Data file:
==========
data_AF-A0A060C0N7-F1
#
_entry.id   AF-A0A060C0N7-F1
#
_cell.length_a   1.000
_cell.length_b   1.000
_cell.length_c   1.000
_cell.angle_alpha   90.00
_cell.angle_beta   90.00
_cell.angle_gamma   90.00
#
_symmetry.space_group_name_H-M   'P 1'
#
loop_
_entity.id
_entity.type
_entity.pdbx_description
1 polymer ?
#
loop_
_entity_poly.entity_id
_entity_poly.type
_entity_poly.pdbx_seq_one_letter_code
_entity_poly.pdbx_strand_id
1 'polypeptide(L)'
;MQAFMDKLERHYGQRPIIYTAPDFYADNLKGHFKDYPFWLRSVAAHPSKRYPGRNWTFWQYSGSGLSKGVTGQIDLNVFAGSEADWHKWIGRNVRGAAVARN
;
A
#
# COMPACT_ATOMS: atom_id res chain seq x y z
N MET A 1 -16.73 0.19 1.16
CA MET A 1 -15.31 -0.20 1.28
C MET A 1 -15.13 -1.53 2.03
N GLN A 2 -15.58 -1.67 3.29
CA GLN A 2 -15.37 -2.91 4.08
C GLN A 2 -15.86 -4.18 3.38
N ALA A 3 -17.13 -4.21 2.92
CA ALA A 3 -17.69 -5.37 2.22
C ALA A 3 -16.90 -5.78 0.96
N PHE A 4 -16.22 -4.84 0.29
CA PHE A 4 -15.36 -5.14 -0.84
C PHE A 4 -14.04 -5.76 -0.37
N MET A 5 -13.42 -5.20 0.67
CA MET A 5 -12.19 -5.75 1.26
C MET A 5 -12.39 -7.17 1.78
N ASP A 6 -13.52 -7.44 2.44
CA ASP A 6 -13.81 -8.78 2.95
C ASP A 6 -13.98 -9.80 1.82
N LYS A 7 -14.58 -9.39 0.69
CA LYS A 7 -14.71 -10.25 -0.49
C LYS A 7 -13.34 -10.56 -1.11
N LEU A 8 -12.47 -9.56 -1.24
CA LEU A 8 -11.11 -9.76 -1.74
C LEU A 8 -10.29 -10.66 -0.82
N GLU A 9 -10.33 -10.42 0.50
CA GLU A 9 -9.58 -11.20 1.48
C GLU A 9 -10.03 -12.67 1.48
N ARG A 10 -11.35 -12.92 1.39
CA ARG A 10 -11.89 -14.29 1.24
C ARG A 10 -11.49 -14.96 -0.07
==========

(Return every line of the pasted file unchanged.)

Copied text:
data_AF-A0A060C0N7-F1
#
_entry.id   AF-A0A060C0N7-F1
#
_cell.length_a   1.000
_cell.length_b   1.000
_cell.length_c   1.000
_cell.angle_alpha   90.00
_cell.angle_beta   90.00
_cell.angle_gamma   90.00
#
_symmetry.space_group_name_H-M   'P 1'
#
loop_
_entity.id
_entity.type
_entity.pdbx_description
1 polymer ?
#
loop_
_entity_poly.entity_id
_entity_poly.type
_entity_poly.pdbx_seq_one_letter_code
_entity_poly.pdbx_strand_id
1 'polypeptide(L)'
;MQAFMDKLERHYGQRPIIYTAPDFYADNLKGHFKDYPFWLRSVAAHPSKRYPGRNWTFWQYSGSGLSKGVTGQIDLNVFAGSEADWHKWIGRNVRGAAVARN
;
A
#
# COMPACT_ATOMS: atom_id res chain seq x y z
N MET A 1 -16.73 0.19 1.16
CA MET A 1 -15.31 -0.20 1.28
C MET A 1 -15.13 -1.53 2.03
N GLN A 2 -15.58 -1.67 3.29
CA GLN A 2 -15.37 -2.91 4.08
C GLN A 2 -15.86 -4.18 3.38
N ALA A 3 -17.13 -4.21 2.92
CA ALA A 3 -17.69 -5.37 2.22
C ALA A 3 -16.90 -5.78 0.96
N PHE A 4 -16.22 -4.84 0.29
CA PHE A 4 -15.36 -5.14 -0.84
C PHE A 4 -14.04 -5.76 -0.37
N MET A 5 -13.42 -5.20 0.67
CA MET A 5 -12.19 -5.75 1.26
C MET A 5 -12.39 -7.17 1.78
N ASP A 6 -13.52 -7.44 2.44
CA ASP A 6 -13.81 -8.78 2.95
C ASP A 6 -13.98 -9.80 1.82
N LYS A 7 -14.58 -9.39 0.69
CA LYS A 7 -14.71 -10.25 -0.49
C LYS A 7 -13.34 -10.56 -1.11
N LEU A 8 -12.47 -9.56 -1.24
CA LEU A 8 -11.11 -9.76 -1.74
C LEU A 8 -10.29 -10.66 -0.82
N GLU A 9 -10.33 -10.42 0.50
CA GLU A 9 -9.58 -11.20 1.48
C GLU A 9 -10.03 -12.67 1.48
N ARG A 10 -11.35 -12.92 1.39
CA ARG A 10 -11.89 -14.29 1.24
C ARG A 10 -11.49 -14.96 -0.07